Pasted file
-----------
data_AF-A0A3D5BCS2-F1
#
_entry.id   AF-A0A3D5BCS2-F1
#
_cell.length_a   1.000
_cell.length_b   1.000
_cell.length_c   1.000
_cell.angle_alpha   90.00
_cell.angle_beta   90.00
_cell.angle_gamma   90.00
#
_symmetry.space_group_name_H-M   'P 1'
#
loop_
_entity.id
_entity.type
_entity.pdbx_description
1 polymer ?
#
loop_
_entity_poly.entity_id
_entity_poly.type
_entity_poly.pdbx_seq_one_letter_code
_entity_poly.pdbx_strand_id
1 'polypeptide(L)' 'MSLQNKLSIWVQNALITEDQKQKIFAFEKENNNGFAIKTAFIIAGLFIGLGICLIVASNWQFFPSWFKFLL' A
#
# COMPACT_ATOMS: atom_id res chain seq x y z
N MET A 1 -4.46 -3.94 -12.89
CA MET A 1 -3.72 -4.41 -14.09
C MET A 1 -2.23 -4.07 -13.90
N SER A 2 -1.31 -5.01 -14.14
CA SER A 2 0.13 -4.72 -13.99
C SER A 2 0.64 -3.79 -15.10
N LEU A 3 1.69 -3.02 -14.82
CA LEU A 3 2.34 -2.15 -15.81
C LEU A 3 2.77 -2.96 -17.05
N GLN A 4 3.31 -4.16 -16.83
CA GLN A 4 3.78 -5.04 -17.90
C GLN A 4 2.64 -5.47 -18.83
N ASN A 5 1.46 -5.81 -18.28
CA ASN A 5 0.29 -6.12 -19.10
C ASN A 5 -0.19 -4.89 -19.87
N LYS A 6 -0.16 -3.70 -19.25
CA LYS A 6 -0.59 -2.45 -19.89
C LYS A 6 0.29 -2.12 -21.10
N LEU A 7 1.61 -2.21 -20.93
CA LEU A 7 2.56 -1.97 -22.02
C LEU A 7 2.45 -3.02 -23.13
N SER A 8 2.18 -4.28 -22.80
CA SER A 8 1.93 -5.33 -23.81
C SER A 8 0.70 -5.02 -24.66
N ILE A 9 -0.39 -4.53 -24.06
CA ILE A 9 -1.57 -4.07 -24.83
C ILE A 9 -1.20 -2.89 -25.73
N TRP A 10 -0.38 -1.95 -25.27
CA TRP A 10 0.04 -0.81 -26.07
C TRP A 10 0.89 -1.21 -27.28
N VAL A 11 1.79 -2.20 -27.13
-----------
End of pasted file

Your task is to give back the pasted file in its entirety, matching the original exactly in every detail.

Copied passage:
data_AF-A0A3D5BCS2-F1
#
_entry.id   AF-A0A3D5BCS2-F1
#
_cell.length_a   1.000
_cell.length_b   1.000
_cell.length_c   1.000
_cell.angle_alpha   90.00
_cell.angle_beta   90.00
_cell.angle_gamma   90.00
#
_symmetry.space_group_name_H-M   'P 1'
#
loop_
_entity.id
_entity.type
_entity.pdbx_description
1 polymer ?
#
loop_
_entity_poly.entity_id
_entity_poly.type
_entity_poly.pdbx_seq_one_letter_code
_entity_poly.pdbx_strand_id
1 'polypeptide(L)' 'MSLQNKLSIWVQNALITEDQKQKIFAFEKENNNGFAIKTAFIIAGLFIGLGICLIVASNWQFFPSWFKFLL' A
#
# COMPACT_ATOMS: atom_id res chain seq x y z
N MET A 1 -4.46 -3.94 -12.89
CA MET A 1 -3.72 -4.41 -14.09
C MET A 1 -2.23 -4.07 -13.90
N SER A 2 -1.31 -5.01 -14.14
CA SER A 2 0.13 -4.72 -13.99
C SER A 2 0.64 -3.79 -15.10
N LEU A 3 1.69 -3.02 -14.82
CA LEU A 3 2.34 -2.15 -15.81
C LEU A 3 2.77 -2.96 -17.05
N GLN A 4 3.31 -4.16 -16.83
CA GLN A 4 3.78 -5.04 -17.90
C GLN A 4 2.64 -5.47 -18.83
N ASN A 5 1.46 -5.81 -18.28
CA ASN A 5 0.29 -6.12 -19.10
C ASN A 5 -0.19 -4.89 -19.87
N LYS A 6 -0.16 -3.70 -19.25
CA LYS A 6 -0.59 -2.45 -19.89
C LYS A 6 0.29 -2.12 -21.10
N LEU A 7 1.61 -2.21 -20.93
CA LEU A 7 2.56 -1.97 -22.02
C LEU A 7 2.45 -3.02 -23.13
N SER A 8 2.18 -4.28 -22.80
CA SER A 8 1.93 -5.33 -23.81
C SER A 8 0.70 -5.02 -24.66
N ILE A 9 -0.39 -4.53 -24.06
CA ILE A 9 -1.57 -4.07 -24.83
C ILE A 9 -1.20 -2.89 -25.73
N TRP A 10 -0.38 -1.95 -25.27
CA TRP A 10 0.04 -0.81 -26.07
C TRP A 10 0.89 -1.21 -27.28
N VAL A 11 1.79 -2.20 -27.13